Stenotic Nares in Dogs | Village Vets
stenotic nares, flat face dog surgery, dog nose surgery

Some people think your dog's excessive snorting is an endearing part of his personality. Yet you know your pooch is a mouth-breather because their stenotic nares (aka their nasal passages or nostrils) are too narrow. Fortunately, his nasal issue can be fixed by surgery. But what's the price of freer breathing?

Stenotic nares or narrowed nostrils are a common problem in breeds with "smushed" faces such as the French Bulldog, English Bulldog, the Boston Terrier, the Pug, and the Pekingese. The flat faced or shorted nose breeds of dogs are known as 'branchycephalic' breeds.

Stenotic nares are genetic, caused by a malformation of the cartilage in the nose. Whilst many people perceive the squashed wrinkly faces ofPugs, French Bulldogs and other flat nosed breeds as ‘cute’ or appealing, in reality dogs with short muzzles can struggle to breathe, even when doing day-to-day activities such as walking or eating.


Signs and Symptoms

Dogs negatively affected by stenotic nares will show some of the following symptoms:

  • Noisy breathing, especially during inhalation
  • Exercise intolerance
  • Cyanosis – blue gums due to lack of oxygen
  • Fainting


If your dog’s stenotic nares are mild, they can be easily managed. However, in more severe cases, they have to have surgery that involves widening the nostrils by removing pieces of the nostril wall. If your dog is only mildly affected, you can take measures to make him comfortable, including:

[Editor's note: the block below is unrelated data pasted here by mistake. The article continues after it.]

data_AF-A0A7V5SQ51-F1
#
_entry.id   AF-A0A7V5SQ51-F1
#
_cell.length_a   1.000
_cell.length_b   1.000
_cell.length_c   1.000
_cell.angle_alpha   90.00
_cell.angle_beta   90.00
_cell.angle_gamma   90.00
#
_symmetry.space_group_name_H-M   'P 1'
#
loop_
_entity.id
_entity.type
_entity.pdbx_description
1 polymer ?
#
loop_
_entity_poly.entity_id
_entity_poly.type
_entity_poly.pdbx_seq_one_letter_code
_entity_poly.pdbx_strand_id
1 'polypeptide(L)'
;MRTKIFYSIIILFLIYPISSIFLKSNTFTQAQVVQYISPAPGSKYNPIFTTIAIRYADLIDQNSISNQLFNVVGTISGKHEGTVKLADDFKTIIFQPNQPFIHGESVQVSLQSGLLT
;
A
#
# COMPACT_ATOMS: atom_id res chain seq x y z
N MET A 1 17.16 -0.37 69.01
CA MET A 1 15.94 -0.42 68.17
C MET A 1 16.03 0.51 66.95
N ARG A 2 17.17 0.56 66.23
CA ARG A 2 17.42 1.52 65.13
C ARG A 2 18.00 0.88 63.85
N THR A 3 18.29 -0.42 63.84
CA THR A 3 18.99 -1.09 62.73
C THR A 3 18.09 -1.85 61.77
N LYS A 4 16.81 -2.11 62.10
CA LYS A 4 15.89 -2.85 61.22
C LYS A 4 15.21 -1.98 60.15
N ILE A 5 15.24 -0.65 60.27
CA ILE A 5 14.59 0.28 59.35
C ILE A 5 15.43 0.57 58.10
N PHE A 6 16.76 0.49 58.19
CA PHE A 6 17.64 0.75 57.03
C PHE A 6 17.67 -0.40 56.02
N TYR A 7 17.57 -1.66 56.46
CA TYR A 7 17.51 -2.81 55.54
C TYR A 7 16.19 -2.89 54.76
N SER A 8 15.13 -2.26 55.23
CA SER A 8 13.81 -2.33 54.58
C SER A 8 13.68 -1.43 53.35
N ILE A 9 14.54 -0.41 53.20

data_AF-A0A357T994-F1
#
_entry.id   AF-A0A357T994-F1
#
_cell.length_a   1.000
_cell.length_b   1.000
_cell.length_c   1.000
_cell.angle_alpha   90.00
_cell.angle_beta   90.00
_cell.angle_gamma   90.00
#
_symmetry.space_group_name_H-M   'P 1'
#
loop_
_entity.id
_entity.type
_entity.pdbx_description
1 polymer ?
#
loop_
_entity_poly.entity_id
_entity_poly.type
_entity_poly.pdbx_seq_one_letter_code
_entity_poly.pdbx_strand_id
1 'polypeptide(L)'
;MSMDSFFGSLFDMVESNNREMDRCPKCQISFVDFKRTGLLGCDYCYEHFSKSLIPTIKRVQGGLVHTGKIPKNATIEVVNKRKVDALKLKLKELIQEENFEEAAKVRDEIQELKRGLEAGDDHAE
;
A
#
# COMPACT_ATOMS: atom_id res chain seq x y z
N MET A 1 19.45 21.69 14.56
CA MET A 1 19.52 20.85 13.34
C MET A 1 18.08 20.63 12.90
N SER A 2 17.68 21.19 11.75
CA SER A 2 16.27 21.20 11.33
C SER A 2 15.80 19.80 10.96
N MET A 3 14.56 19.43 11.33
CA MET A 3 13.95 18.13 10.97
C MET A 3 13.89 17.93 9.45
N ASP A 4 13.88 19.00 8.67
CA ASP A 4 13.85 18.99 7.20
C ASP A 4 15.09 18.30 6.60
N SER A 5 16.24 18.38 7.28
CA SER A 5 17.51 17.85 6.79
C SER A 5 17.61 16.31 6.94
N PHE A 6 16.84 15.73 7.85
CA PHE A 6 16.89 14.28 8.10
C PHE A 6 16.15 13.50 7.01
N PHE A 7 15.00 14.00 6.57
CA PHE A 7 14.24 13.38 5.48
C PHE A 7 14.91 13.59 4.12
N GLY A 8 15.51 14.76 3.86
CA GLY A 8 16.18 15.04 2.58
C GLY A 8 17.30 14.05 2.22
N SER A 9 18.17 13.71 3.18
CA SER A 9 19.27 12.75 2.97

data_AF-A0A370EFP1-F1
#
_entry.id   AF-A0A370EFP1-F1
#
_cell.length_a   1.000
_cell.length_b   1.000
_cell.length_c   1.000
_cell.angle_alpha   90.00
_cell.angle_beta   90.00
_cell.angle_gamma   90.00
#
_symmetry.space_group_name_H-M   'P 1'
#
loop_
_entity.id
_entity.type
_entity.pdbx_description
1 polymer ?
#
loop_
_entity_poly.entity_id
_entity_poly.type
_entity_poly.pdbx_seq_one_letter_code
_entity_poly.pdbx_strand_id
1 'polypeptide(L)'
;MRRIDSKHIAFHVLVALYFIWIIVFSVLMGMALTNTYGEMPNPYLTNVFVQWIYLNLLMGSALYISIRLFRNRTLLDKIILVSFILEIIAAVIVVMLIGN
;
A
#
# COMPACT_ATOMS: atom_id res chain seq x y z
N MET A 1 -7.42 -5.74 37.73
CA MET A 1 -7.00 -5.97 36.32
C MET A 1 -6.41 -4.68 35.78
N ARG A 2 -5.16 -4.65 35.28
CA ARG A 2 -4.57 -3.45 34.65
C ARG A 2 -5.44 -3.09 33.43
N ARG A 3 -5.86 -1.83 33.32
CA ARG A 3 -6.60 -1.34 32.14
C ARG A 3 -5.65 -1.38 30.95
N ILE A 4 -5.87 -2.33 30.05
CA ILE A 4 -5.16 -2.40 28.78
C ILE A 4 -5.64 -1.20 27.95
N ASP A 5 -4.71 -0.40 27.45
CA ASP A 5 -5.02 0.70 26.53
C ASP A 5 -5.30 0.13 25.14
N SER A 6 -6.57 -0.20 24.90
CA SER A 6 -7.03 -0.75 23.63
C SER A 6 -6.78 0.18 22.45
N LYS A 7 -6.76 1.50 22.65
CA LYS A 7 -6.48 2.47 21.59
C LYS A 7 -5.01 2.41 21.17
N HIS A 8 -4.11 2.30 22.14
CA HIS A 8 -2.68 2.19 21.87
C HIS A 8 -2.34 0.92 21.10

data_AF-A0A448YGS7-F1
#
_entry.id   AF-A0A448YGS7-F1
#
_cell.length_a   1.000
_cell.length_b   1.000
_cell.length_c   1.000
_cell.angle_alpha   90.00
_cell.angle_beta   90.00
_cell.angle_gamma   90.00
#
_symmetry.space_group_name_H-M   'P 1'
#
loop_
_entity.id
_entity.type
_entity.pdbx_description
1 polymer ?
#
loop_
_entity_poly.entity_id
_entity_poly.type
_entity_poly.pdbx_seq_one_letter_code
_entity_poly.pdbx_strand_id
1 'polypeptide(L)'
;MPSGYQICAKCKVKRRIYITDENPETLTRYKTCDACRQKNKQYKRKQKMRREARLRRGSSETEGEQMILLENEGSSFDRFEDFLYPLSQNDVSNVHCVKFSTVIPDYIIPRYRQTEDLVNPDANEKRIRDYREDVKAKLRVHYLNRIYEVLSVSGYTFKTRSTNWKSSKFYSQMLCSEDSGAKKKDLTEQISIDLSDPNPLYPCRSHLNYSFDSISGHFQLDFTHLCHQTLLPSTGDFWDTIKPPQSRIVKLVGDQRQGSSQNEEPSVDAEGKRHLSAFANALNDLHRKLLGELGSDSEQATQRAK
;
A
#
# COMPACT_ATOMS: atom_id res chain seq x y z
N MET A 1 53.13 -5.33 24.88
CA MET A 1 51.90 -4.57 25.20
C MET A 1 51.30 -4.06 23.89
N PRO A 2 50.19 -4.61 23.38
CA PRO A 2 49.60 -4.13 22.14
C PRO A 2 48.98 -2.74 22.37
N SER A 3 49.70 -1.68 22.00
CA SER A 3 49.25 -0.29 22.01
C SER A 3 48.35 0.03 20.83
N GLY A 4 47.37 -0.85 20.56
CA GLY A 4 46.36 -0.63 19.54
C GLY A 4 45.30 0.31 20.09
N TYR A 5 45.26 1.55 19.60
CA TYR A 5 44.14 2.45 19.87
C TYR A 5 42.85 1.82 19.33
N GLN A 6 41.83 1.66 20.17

• Keeping him at a healthy weight
  • Limiting stressful situations and exercise in hot or humid weather
  • Find alternatives to a neck collar, such as a harness


Stenotic nares are relatively simple to diagnose by simply looking at the size of the opening into the nostril. Hoever diagnosis of other problems caused by brachycephalic syndrome aren’t as easy to detect and often occur simultaneously with stenotic nares, so one of our team at Village Vets might perform additional tests, while possibly under anesthesia, to determine what’s going on. These tests include:

  • Listening to the chest with a stethoscope to listen for other possible causes of respiratory problems
  • X-rays and/or ultrasound to make sure the heart and lungs are healthy

Not all pugs, french bulldogs or other brachtcephalic dogs suffer from this conditions so you should worry unles your dog is showing some of the signs listed above. 
If you have any questions or concerns about your pug, french bulldog or any other brachycephalic breed, don't wait. Call your nearest Village Vets clinic to book your check up appointment.

Stenotic nares surgery